Why Your Kids Need to Visit a Farm

Many children and even some adults today do not have a clear sense of where their food comes from before it reaches the shelves. Groceries are harvested, packaged, and sold in brightly lit stores that reveal nothing about where they originated. It’s no wonder some children — including those who live in rural areas — genuinely believe milk appears in bottles. Recent research by Kingston University in London suggests it is important for schools to organise field trips to the farm, particularly for younger students: the experience is not only educational, but also connects kids to an important yet unseen part of society and their daily lives.

On a farm and outside of the classroom, children can see how people work to produce the food they need. Experts at Kingston say a fun, hands-on afternoon on the farm Singapore teaches kids more than lectures and memorisation could. The University of California says that the farm environment stimulates all the senses, especially touch, smell, and taste, which enhances learning. City kids would enjoy a rare opportunity to see, pet, and possibly feed animals other than household cats and dogs. The farm experience teaches kids why it is important to respect and take proper care of animals and the environment. Studies support that interacting with animals in a positive setting help children become more empathetic adults. They also develop stronger immune systems and have decreased chances of developing asthma, allergies, and other health problems.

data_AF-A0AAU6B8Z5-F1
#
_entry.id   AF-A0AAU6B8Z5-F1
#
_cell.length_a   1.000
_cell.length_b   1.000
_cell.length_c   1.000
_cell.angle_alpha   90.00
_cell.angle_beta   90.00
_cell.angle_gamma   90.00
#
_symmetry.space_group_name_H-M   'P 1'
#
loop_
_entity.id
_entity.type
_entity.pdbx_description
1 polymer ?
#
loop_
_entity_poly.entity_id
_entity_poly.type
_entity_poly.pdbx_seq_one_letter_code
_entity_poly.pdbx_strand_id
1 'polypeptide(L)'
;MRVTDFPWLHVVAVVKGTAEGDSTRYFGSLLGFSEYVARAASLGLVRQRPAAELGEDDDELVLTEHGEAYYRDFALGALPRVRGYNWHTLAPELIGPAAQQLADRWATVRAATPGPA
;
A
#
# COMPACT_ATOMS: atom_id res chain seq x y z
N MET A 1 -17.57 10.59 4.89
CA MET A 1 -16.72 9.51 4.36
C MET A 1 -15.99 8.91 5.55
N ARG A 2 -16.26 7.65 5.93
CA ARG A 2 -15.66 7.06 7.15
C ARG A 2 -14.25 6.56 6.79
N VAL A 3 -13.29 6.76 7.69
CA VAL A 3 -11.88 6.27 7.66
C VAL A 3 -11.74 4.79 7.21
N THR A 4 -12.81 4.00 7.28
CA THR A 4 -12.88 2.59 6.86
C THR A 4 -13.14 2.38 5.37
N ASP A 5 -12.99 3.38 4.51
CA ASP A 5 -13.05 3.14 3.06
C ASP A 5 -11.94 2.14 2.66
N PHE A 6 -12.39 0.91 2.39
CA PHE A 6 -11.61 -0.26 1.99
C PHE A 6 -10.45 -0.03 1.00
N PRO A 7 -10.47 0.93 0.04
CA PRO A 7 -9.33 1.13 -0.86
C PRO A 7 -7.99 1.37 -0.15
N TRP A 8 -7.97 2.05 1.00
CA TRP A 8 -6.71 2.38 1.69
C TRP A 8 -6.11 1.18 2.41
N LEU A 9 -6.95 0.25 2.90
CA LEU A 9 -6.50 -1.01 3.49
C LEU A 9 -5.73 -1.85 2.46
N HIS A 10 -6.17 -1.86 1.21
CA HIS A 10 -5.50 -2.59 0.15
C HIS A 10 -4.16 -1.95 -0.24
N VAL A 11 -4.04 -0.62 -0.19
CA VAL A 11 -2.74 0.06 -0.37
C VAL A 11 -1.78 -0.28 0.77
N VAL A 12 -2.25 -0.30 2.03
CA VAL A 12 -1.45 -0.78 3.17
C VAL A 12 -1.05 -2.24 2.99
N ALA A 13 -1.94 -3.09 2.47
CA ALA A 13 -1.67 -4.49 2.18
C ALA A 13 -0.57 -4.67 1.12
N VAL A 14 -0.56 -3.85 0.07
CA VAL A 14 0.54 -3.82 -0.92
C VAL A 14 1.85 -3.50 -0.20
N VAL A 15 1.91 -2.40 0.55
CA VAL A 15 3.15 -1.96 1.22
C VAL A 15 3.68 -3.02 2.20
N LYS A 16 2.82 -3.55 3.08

Children aren’t the only ones to benefit from visits to the farm. As Kingston researchers point out, children who learn about farms turn to parents, and not only teachers and farmers, with information and questions — this in turn educates the adults as well. Almost 20 percent of parents studied plan to choose more local and seasonal food products in the future, thanks to their new knowledge.

Beyond the educational aspect, farms are simply the perfect place for everyone in the family to walk around outdoors and experience new things such as tractor rides, animal feeding, and fruit picking. Studies suggest being in nature can decrease stress levels by nearly 30 percent, and farms — many of which are located not far from urban centres — offer a taste of nature as it used to be. For a fun, relaxing, and yet educational day, why not visit and support a local farm with the kids?

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